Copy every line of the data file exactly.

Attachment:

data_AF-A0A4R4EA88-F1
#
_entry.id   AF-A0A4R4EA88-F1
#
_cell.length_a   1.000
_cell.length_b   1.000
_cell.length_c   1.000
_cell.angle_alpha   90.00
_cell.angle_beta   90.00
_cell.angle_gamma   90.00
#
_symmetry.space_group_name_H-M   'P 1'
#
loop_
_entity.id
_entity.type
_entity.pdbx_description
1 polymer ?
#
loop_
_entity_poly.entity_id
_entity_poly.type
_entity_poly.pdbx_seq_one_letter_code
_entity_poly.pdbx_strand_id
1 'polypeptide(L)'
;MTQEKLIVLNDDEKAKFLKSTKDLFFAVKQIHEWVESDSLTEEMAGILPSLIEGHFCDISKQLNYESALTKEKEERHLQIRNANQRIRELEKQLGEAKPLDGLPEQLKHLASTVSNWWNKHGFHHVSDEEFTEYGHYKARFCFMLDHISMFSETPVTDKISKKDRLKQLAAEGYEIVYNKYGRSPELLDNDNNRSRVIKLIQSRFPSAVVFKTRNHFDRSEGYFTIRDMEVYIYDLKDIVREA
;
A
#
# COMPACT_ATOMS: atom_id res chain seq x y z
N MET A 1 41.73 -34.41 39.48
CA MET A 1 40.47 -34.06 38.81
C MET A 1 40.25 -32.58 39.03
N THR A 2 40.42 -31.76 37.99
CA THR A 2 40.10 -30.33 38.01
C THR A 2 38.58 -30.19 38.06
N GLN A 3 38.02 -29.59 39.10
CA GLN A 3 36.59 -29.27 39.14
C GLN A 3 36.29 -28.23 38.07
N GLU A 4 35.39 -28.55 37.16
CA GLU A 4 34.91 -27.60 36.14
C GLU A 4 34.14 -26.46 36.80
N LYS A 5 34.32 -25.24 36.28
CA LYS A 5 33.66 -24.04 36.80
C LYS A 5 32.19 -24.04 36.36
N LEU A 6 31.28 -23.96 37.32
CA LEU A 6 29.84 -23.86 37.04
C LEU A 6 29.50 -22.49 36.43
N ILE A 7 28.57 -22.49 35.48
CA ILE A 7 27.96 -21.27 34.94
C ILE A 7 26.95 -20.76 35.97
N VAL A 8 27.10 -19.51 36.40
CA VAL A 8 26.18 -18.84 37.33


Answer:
data_AF-A0A4R4EA88-F1
#
_entry.id   AF-A0A4R4EA88-F1
#
_cell.length_a   1.000
_cell.length_b   1.000
_cell.length_c   1.000
_cell.angle_alpha   90.00
_cell.angle_beta   90.00
_cell.angle_gamma   90.00
#
_symmetry.space_group_name_H-M   'P 1'
#
loop_
_entity.id
_entity.type
_entity.pdbx_description
1 polymer ?
#
loop_
_entity_poly.entity_id
_entity_poly.type
_entity_poly.pdbx_seq_one_letter_code
_entity_poly.pdbx_strand_id
1 'polypeptide(L)'
;MTQEKLIVLNDDEKAKFLKSTKDLFFAVKQIHEWVESDSLTEEMAGILPSLIEGHFCDISKQLNYESALTKEKEERHLQIRNANQRIRELEKQLGEAKPLDGLPEQLKHLASTVSNWWNKHGFHHVSDEEFTEYGHYKARFCFMLDHISMFSETPVTDKISKKDRLKQLAAEGYEIVYNKYGRSPELLDNDNNRSRVIKLIQSRFPSAVVFKTRNHFDRSEGYFTIRDMEVYIYDLKDIVREA
;
A
#
# COMPACT_ATOMS: atom_id res chain seq x y z
N MET A 1 41.73 -34.41 39.48
CA MET A 1 40.47 -34.06 38.81
C MET A 1 40.25 -32.58 39.03
N THR A 2 40.42 -31.76 37.99
CA THR A 2 40.10 -30.33 38.01
C THR A 2 38.58 -30.19 38.06
N GLN A 3 38.02 -29.59 39.10
CA GLN A 3 36.59 -29.27 39.14
C GLN A 3 36.29 -28.23 38.07
N GLU A 4 35.39 -28.55 37.16
CA GLU A 4 34.91 -27.60 36.14
C GLU A 4 34.14 -26.46 36.80
N LYS A 5 34.32 -25.24 36.28
CA LYS A 5 33.66 -24.04 36.80
C LYS A 5 32.19 -24.04 36.36
N LEU A 6 31.28 -23.96 37.32
CA LEU A 6 29.84 -23.86 37.04
C LEU A 6 29.50 -22.49 36.43
N ILE A 7 28.57 -22.49 35.48
CA ILE A 7 27.96 -21.27 34.94
C ILE A 7 26.95 -20.76 35.97
N VAL A 8 27.10 -19.51 36.40
CA VAL A 8 26.18 -18.84 37.33